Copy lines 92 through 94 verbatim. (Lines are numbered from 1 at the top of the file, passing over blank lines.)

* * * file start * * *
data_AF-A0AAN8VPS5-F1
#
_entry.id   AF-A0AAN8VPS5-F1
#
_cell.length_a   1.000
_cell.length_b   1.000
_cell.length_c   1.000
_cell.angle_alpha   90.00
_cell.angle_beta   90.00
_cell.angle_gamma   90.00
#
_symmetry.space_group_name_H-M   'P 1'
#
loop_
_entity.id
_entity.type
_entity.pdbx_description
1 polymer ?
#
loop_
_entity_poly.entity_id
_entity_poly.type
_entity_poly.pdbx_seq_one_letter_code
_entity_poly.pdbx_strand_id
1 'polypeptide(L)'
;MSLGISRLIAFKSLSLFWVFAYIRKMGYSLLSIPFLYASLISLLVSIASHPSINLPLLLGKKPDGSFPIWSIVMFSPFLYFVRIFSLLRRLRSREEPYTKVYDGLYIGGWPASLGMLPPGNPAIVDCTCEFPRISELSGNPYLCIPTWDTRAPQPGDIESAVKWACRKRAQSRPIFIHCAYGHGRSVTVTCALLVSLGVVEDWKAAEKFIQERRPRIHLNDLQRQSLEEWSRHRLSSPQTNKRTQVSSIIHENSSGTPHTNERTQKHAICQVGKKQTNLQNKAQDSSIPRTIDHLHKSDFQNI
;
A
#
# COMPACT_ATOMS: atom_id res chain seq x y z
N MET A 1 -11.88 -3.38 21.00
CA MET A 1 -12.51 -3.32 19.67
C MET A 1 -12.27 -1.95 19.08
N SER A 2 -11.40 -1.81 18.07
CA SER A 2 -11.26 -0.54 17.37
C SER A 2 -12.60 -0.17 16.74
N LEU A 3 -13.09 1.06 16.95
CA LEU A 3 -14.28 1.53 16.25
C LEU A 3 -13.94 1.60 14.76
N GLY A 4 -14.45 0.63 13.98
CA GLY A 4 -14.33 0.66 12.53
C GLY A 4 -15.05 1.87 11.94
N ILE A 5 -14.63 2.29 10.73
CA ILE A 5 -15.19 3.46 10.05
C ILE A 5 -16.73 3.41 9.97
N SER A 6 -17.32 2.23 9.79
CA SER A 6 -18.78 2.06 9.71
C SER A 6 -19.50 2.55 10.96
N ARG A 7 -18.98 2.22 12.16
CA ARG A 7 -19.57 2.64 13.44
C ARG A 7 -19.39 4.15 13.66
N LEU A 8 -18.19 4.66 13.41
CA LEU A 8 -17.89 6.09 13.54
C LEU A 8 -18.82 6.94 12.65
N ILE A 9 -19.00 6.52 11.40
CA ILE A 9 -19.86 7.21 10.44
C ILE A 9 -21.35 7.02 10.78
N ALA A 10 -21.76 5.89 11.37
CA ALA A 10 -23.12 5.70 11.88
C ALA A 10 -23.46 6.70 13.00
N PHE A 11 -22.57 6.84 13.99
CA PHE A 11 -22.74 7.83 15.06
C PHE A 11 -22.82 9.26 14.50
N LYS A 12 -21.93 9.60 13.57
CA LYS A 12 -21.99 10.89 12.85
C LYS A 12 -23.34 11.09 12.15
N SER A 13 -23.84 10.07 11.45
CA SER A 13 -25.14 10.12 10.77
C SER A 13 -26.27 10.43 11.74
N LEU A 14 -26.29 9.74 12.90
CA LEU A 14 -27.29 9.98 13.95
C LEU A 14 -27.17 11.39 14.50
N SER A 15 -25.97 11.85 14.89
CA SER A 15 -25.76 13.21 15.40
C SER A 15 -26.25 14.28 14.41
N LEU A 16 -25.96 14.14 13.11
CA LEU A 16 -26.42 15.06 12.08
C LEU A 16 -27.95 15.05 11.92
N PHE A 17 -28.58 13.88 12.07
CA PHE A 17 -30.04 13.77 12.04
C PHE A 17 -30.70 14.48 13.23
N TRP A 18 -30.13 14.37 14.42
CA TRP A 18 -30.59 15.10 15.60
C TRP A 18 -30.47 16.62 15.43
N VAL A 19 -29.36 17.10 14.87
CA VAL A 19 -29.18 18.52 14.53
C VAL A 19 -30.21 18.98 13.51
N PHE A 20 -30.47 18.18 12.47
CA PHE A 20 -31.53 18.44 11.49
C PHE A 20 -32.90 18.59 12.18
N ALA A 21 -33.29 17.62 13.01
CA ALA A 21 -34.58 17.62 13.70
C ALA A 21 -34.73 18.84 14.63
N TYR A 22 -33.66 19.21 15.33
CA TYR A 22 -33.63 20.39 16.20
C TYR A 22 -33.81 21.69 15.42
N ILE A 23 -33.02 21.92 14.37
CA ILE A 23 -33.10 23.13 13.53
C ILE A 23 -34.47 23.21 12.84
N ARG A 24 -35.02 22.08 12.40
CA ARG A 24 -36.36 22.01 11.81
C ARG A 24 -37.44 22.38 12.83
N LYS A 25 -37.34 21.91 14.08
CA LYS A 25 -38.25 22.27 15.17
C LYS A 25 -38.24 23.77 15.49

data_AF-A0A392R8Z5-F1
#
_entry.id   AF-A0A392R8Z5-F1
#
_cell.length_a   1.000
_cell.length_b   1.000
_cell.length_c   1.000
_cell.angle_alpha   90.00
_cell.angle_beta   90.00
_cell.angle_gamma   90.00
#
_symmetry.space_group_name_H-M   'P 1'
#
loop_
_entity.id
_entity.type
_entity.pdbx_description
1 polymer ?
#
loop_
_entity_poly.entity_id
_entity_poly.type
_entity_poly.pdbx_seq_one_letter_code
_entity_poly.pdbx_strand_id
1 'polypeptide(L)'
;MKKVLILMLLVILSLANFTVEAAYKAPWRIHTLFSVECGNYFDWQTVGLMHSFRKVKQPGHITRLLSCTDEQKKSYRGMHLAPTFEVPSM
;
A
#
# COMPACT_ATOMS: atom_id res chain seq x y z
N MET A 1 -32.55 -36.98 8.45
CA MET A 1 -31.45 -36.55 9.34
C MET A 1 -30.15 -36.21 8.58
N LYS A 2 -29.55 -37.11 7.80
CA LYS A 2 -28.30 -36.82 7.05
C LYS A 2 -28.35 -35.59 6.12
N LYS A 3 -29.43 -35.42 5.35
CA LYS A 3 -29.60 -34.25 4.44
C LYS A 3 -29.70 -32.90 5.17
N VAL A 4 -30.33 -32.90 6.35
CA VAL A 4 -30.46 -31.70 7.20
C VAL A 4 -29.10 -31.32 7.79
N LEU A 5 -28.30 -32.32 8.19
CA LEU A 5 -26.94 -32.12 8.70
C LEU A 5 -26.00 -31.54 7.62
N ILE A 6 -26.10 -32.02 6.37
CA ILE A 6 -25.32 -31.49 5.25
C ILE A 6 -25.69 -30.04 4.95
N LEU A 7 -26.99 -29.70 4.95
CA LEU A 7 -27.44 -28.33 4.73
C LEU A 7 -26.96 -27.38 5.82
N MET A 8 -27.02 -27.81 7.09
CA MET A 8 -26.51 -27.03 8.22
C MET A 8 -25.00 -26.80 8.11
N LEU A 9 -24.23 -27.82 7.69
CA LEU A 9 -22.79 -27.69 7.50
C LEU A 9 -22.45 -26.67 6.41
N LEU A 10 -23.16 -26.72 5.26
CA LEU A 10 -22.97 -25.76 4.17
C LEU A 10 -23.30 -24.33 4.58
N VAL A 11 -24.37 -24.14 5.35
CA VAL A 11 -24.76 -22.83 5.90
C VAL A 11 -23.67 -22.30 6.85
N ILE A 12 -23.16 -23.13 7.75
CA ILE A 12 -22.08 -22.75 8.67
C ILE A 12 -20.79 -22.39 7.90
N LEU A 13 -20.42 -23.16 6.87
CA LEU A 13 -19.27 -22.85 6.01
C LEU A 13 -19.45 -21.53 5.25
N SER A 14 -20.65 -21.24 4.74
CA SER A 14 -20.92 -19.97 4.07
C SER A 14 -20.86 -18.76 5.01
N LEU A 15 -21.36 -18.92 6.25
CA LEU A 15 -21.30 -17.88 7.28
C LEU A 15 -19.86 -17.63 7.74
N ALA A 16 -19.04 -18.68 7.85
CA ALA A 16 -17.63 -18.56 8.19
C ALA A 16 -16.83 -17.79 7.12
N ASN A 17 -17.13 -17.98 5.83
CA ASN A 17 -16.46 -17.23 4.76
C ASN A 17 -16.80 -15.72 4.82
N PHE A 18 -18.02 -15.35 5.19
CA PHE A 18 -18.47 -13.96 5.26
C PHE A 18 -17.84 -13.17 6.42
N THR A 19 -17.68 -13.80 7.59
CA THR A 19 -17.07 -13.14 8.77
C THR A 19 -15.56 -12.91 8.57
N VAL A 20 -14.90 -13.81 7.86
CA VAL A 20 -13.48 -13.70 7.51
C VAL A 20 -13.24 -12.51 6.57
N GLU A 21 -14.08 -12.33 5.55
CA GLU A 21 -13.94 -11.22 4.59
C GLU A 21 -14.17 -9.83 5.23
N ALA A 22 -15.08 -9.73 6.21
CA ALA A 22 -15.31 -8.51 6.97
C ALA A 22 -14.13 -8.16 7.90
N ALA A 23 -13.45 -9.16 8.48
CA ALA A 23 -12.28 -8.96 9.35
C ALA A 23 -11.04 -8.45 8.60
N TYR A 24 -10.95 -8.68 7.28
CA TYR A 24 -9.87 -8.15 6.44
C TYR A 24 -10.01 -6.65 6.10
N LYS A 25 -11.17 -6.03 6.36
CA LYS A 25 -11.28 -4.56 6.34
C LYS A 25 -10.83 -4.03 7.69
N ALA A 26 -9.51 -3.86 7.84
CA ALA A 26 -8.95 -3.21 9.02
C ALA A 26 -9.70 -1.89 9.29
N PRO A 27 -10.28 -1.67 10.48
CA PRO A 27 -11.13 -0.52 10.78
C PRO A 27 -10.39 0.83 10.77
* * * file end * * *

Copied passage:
CA ALA A 21 -34.58 17.62 13.70
C ALA A 21 -34.73 18.84 14.63
N TYR A 22 -33.66 19.21 15.33